EU: Gambling Markets Must Be Accessible

Published October 17, 2010 by OCR Editor

EU: Gambling Markets Must Be Accessible

EU ruling obliges countries to end national internet gambling monopolies.

Either welcome non-resident internet gambling operators into your home market, or risk contravening the spirit and the law of the European Union: that's the message recently delivered by the European Court of Justice to Austria in what has been described as a significant victory for the online gambling industry. Austria has now joined several other EU countries which, in theory, must do away with their state monopolies on internet gaming. Until now only one online gambling company has had a license to approach Austrian clients.

Green Light to International Gaming Operators

It was the Austrian requirement that internet gambling operators be based within the country's borders which prompted the European court's damning verdict. The law was found to be anti-competitive and in violation of the freedom of trade guaranteed throughout the EU. All eyes are now on Vienna as major international gambling providers are expected to make their move into the market.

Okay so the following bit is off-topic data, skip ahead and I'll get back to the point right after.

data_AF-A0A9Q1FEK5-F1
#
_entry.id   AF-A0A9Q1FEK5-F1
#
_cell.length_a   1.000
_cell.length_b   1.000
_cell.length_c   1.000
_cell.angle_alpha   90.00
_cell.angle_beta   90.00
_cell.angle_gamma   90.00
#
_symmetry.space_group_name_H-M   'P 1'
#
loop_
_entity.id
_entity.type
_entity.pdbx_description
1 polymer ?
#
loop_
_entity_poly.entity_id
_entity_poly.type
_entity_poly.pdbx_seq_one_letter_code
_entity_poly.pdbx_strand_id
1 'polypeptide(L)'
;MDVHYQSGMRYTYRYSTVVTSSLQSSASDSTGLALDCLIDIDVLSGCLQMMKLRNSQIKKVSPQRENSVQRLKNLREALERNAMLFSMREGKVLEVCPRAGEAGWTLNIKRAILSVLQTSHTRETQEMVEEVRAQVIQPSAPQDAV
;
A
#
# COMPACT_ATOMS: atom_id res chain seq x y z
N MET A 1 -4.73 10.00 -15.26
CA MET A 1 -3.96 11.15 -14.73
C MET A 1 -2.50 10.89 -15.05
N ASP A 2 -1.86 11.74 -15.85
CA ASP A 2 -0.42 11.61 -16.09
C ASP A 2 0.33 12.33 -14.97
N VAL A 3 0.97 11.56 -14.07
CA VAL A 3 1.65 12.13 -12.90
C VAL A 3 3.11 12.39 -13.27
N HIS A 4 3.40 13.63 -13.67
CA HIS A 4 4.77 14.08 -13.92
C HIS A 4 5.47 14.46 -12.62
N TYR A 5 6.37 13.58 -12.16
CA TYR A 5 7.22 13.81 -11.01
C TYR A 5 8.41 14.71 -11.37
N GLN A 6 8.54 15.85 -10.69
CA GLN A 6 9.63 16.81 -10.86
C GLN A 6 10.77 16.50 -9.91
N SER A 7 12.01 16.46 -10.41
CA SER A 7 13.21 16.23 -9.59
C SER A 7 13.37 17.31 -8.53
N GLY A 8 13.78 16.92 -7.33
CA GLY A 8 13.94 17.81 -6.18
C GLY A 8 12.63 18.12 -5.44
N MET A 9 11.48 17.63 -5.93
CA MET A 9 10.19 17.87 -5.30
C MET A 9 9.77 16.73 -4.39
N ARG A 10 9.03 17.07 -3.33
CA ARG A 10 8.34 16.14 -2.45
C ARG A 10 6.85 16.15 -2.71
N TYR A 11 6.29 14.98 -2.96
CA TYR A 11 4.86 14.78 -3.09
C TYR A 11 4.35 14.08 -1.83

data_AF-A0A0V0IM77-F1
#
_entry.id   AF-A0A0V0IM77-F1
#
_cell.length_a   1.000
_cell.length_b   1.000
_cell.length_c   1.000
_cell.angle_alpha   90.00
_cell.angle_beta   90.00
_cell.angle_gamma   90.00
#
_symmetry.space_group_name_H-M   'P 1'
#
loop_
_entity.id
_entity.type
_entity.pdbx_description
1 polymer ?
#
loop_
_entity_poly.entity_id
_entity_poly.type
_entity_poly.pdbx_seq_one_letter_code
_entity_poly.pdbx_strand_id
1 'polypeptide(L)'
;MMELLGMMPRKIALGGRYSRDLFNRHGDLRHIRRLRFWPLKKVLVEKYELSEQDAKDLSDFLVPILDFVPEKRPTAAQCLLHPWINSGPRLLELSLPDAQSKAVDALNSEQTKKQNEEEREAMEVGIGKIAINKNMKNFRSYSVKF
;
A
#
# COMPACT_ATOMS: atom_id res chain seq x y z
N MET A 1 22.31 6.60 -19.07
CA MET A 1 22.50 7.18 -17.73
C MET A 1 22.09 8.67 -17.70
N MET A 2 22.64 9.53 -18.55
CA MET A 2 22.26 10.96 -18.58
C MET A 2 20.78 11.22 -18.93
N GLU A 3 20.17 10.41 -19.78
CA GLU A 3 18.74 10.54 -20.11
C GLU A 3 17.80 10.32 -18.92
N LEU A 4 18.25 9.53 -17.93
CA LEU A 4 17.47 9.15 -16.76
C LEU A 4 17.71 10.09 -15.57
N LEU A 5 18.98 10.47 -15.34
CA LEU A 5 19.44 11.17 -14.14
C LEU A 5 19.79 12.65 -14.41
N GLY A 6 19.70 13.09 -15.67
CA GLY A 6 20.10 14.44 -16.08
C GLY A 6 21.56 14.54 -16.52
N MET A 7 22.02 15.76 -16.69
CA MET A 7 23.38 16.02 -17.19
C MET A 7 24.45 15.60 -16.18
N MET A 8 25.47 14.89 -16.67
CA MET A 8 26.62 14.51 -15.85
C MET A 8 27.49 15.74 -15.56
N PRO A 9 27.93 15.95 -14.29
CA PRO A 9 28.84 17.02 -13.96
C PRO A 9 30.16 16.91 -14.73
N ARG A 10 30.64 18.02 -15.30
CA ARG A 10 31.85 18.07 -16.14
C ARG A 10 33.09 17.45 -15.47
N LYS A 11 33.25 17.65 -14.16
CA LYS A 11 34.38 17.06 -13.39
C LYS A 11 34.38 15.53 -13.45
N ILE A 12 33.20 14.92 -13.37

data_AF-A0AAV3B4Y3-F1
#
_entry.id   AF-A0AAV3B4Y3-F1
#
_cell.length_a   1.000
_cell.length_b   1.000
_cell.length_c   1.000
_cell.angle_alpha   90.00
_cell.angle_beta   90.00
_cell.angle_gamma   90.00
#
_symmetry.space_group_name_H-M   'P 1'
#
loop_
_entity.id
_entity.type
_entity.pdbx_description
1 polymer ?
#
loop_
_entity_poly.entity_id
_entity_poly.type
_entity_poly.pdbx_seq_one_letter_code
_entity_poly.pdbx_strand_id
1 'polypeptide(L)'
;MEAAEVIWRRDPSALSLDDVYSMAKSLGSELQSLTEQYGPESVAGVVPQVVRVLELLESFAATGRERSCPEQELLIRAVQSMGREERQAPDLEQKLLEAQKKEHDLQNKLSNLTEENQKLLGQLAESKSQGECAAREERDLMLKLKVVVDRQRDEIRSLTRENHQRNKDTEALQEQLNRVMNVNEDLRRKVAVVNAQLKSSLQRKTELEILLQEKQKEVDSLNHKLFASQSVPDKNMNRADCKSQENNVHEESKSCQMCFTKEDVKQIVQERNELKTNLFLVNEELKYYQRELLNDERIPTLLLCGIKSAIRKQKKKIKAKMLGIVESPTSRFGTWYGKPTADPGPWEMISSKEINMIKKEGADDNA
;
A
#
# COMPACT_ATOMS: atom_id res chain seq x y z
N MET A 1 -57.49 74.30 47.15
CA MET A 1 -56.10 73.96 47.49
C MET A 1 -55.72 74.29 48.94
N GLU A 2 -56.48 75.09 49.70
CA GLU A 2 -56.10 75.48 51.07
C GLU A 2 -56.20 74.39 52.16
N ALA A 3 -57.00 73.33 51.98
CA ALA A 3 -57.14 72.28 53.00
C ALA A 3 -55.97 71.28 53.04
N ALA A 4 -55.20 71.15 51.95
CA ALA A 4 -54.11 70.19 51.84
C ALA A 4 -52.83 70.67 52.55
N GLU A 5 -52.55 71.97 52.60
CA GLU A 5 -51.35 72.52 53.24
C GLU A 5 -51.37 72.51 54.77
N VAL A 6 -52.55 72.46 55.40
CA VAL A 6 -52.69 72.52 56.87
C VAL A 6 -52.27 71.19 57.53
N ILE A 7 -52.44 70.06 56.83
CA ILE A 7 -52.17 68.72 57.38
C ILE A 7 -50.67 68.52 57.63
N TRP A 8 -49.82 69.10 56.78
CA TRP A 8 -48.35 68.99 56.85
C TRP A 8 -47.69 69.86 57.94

No State Monopolies Allowed

Austria is not the only Euro country whose internet gambling restrictions have fallen foul of EU law. Denmark, Poland and Germany have all recently been told that their laws, even though they permit regulated online gambling, do not measure up to the European ideal. Germany's legislation was too inconsistent; Poland's Austrian-style territorial monopoly was illegal; and likewise Denmark's home-based lone operator would have to get used to a bit of competition from beyond the country's borders.

Calls for EU-Wide Market Liberalization

The EGBA (European Gaming and Betting Association) has welcomed the rulings but says they fall short of an EU-wide licensing policy for online gambling operators. Such a policy is needed if the market and possible revenue from gambling taxation are to reach their full potential. But with many governments trying to secure advantages for their home-grown operators, the signs are that such a move is still a long way off.

See also

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